The Bill & Melinda Gates Foundation has announced grants totaling $42 million as part of a new strategy to help bring safe, clean sanitation services to millions of poor people in the developing world.
While the foundation's global development program has awarded more than $200 million to support water, sanitation, and hygiene initiatives over the last five years, the new funding represents an increased focus by the foundation on sanitation, with the goal of spurring innovations in the capture and storage of waste as well as its processing into reusable energy, fertilizer, and fresh water. As part of the strategy, the foundation also will support efforts to end open defecation and increase access to affordable, long-term sanitation solutions that people want to use.
Announced at the 2011 AfricaSan Conference in Kigali, Rwanda, the grants include $17 million to WASH for Life, an initiative jointly funded by the foundation and the U.S. Agency for International Development that will support projects over four years to identify, test, and help scale up evidence-based approaches to the delivering of water, sanitation, and hygiene services to the poor; $12 million to the African Development Bank and the African Water Facility to pilot sanitation projects; and $10 million to a project co-funded by the German and Kenyan governments that seeks to scale up sustainable sanitation services for up to 800,000 people and water services for up to 200,000 residents in low-income urban areas in Kenya. In addition, the UNESCO-IHE Institute for Water Education was awarded $8 million to transform its postgraduate water and sanitation education system, while eight universities across Africa, Asia, Europe, and North America were awarded a total of $3 million to develop a stand-alone toilet that does not require piped-in water, a sewer connection, or outside electricity and costs less than five cents a day to operate.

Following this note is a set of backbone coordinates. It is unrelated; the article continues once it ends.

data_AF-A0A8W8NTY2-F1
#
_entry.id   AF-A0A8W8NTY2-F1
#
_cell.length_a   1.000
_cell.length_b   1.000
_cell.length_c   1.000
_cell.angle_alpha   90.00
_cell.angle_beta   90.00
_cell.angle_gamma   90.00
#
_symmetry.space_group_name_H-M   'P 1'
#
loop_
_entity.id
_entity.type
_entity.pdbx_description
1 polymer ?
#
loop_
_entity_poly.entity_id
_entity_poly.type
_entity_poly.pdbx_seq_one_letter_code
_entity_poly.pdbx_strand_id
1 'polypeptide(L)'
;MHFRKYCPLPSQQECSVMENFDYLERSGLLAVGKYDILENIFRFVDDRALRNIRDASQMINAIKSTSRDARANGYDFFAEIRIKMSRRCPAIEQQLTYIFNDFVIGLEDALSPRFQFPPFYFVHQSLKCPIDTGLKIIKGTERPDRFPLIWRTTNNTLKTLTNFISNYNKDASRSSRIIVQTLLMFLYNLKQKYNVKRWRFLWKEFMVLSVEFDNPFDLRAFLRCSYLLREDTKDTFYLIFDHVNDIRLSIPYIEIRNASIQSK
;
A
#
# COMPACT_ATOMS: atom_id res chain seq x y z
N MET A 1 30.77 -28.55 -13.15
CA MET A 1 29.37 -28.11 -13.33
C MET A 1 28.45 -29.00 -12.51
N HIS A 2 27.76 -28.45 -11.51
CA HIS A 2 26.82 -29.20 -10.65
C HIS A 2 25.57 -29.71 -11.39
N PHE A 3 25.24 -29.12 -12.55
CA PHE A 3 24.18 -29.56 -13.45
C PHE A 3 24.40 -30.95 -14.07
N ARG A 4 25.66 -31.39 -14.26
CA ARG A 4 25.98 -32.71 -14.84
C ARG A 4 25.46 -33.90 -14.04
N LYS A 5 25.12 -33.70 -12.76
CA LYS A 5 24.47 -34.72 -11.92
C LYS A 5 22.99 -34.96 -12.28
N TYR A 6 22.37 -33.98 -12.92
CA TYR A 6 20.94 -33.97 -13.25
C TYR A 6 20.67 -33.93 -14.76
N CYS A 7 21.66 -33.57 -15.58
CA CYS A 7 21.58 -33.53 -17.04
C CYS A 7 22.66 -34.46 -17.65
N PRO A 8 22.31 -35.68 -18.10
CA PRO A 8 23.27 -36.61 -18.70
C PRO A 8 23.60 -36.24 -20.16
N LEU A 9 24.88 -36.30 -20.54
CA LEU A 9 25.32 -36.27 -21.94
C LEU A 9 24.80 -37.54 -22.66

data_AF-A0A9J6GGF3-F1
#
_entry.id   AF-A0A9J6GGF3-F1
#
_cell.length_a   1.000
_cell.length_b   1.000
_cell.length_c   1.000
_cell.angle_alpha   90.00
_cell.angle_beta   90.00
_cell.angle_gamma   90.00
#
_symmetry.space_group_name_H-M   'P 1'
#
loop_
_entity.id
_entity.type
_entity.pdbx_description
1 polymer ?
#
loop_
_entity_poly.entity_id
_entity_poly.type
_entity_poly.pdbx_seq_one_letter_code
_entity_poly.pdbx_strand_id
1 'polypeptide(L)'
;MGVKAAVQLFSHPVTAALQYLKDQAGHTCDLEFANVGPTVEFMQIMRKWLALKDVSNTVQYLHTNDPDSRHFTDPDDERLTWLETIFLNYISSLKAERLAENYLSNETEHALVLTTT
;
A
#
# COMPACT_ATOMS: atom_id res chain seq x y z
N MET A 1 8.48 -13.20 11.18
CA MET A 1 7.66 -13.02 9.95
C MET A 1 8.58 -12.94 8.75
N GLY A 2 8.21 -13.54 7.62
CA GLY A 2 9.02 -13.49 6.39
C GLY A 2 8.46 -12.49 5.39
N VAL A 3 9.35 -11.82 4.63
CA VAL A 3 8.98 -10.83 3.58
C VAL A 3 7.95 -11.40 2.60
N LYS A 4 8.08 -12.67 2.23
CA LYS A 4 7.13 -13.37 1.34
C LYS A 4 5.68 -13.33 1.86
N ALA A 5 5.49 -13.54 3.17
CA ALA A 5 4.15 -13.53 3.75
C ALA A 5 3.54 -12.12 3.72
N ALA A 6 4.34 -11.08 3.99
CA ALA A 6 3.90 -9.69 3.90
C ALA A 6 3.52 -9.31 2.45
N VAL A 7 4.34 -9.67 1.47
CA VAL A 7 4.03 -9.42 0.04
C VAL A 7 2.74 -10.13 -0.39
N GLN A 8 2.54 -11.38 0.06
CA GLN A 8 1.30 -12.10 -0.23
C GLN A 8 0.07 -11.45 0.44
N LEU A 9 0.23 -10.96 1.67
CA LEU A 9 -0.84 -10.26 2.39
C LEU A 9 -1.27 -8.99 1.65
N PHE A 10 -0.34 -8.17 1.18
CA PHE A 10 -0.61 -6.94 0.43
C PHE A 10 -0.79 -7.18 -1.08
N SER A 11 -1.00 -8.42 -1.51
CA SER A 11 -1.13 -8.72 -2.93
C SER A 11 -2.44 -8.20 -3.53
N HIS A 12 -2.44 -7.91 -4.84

"No innovation in the past two hundred years has done more to save lives and improve health than the sanitation revolution triggered by invention of the toilet," said Sylvia Mathews Burwell, president of the foundation's global development program. "But it did not go far enough. It only reached one-third of the world. What we need are new approaches. New ideas. In short, we need to reinvent the toilet."